President Zelensky: It’s ‘Just About Fairness…Not About Quid Pro Quo’


Zelenskiy was asked whether there was a connection between Trump's decision to block military assistance to Ukraine and the two investigations he asked Zelenskiy to do.

Ukrainian President Volodymyr Zelensky said in a newly-released interview that he never discussed "quid pro quo" with President Donald Trump, once again denying any link between the release of US military aid in exchange for investigations.

"I would never want Ukraine to be a piece on the map, on the chess board of big global players, so that someone could toss us around, use us as cover, as part of some bargain", he said. The president claimed that the interview should mean the case for impeachment was "over" and that Zelensky had said he "did absolutely nothing wrong".

"I refuse to be part of an effort to legitimize an alternative narrative that the Ukrainian government is a USA adversary, and that Ukraine - not Russian Federation - attacked us in 2016", she said.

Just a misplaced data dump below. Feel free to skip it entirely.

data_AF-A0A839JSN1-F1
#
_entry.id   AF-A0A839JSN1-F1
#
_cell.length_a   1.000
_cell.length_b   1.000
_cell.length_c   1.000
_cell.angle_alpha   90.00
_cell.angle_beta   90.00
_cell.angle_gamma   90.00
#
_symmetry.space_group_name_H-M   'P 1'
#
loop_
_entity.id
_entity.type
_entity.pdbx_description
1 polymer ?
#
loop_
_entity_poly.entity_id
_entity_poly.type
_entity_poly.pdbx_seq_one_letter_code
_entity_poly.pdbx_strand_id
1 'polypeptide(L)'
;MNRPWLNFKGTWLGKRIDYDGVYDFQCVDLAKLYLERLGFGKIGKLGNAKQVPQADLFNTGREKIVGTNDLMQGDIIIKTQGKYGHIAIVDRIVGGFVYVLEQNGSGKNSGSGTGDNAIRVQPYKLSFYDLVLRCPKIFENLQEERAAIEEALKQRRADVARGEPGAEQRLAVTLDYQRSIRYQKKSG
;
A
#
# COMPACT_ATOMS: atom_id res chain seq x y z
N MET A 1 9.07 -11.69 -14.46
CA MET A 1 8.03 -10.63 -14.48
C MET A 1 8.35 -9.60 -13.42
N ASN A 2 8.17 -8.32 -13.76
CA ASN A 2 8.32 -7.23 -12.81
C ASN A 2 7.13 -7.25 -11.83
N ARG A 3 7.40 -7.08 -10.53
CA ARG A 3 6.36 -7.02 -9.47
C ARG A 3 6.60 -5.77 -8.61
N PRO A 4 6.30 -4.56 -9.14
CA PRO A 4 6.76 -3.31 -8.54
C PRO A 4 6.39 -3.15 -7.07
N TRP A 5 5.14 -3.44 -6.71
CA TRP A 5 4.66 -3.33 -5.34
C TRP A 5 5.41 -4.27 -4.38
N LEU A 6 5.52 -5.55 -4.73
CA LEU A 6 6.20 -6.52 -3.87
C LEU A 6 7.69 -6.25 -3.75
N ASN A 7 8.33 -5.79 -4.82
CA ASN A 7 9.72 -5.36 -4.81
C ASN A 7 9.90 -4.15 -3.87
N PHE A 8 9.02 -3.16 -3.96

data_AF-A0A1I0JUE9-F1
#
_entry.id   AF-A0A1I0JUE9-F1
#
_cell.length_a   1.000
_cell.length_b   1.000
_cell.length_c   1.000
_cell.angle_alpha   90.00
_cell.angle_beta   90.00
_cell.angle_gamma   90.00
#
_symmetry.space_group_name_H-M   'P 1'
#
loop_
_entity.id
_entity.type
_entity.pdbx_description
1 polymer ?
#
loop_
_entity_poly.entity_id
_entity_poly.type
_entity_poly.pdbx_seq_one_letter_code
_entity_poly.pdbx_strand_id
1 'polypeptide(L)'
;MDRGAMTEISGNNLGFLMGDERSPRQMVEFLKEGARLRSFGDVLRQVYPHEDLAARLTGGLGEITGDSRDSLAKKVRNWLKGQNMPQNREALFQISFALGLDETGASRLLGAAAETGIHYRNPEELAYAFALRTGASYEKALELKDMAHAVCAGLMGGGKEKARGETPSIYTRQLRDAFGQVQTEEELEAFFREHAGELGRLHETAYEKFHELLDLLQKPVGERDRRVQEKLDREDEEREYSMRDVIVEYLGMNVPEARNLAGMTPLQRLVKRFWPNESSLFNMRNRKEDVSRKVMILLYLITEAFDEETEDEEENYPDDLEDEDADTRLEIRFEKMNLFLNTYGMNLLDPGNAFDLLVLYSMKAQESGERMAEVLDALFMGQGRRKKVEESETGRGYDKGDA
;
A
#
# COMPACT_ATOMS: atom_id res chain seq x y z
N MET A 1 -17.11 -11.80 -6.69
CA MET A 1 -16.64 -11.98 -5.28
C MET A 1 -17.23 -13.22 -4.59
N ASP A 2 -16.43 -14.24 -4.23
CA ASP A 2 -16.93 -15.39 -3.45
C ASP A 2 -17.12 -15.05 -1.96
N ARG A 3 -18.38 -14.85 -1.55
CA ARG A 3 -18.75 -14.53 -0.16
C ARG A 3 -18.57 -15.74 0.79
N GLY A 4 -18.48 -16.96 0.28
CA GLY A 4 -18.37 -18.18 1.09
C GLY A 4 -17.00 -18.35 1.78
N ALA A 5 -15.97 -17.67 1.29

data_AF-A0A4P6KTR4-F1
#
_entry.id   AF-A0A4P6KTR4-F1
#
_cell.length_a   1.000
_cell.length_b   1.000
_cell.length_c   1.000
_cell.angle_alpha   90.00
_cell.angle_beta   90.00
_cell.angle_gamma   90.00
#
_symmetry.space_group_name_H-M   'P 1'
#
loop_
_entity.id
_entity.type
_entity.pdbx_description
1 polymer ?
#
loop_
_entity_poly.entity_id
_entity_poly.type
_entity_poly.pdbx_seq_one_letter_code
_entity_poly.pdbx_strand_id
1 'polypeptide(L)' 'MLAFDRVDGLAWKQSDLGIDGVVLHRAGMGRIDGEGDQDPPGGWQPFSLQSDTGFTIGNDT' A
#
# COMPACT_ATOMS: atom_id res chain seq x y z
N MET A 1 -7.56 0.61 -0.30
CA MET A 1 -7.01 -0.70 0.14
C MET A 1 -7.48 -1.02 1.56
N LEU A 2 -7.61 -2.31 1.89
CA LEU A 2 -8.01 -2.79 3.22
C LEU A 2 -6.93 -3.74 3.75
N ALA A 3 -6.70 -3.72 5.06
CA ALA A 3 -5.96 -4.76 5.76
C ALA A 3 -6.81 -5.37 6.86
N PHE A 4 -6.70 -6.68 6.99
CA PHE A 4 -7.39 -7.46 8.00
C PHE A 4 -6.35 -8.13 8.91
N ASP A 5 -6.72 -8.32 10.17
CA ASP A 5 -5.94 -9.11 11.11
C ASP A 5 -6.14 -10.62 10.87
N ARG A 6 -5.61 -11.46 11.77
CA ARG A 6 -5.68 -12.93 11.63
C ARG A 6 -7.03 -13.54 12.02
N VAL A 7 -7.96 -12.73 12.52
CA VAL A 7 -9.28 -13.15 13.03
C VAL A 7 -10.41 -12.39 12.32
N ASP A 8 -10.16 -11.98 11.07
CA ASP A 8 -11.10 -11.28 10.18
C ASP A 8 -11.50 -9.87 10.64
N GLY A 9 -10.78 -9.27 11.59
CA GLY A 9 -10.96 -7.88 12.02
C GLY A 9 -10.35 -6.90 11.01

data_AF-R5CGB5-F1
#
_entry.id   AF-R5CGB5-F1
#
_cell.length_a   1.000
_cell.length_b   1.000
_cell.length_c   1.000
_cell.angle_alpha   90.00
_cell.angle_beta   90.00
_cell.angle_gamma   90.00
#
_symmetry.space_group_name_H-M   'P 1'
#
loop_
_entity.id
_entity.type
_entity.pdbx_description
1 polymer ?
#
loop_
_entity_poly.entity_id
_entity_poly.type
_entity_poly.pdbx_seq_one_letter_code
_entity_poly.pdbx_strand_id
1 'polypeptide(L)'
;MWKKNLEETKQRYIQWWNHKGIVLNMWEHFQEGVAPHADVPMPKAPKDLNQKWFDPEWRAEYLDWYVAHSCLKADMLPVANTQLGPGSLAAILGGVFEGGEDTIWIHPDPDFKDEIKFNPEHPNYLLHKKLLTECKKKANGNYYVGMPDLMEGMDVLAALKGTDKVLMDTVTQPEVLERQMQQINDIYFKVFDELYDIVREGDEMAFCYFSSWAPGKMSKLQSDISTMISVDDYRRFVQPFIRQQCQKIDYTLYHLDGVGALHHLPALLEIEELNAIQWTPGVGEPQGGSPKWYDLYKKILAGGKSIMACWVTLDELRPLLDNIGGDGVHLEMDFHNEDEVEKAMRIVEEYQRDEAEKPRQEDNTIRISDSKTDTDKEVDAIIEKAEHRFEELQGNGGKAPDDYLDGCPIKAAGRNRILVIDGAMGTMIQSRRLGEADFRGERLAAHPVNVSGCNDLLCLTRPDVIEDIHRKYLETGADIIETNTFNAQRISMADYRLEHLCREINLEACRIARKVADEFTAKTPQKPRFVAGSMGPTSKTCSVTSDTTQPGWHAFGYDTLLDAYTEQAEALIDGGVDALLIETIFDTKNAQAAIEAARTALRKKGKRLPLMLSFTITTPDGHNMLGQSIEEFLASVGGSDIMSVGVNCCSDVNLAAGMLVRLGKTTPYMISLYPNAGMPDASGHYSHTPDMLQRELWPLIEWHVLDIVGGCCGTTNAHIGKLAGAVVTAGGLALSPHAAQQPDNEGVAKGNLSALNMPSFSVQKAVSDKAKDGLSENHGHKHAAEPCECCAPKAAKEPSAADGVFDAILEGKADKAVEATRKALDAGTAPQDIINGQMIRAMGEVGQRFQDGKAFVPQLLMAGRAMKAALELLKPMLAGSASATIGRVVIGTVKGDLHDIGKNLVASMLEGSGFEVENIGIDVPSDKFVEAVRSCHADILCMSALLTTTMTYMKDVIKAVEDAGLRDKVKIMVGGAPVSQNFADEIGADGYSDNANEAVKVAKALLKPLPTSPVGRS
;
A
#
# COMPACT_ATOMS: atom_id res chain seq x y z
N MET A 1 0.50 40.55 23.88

"I don't know these people".

Over the last few weeks, current and former White House officials testified before the House Intelligence Committee and debunked the baseless conspiracy theory that the government of Ukraine, not Russian Federation, interfered in the 2016 presidential election.

"It doesn't mean that Russian Federation didn't, but I think North Korea did", he said.

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The inquiry centres around whether Trump froze almost US$400 million in military aid to pressure Ukraine to publicly announce separate investigations into interference in the 2016 USA presidential election, as well as former vice-president and political rival Joe Biden's son Hunter and his work on the board of a Ukrainian energy company. "I can't understand what dough they're made of", he said.

The Ukraine interference conspiracy endorsed by Putin, Trump and now Kennedy, has been soundly debunked not only by US intelligence agencies, but also by a Republican-led Senate committee in 2017.

"The evidence shows that President Trump holds a deepseated, genuine, and reasonable skepticism of Ukraine due to its history of pervasive corruption", the report says, according to CBS News.

"All branches of government were corrupted over many years", he said. "But that signal from them is very important", Zelensky explained.

The president and his allies, including some Republican lawmakers, have floated a debunked conspiracy theory that it was Ukraine - not the Kremlin - that interfered in the election in order to hurt Trump's campaign and help his Democratic rival Hillary Clinton.

"The United States of America is a signal for the world - for everyone".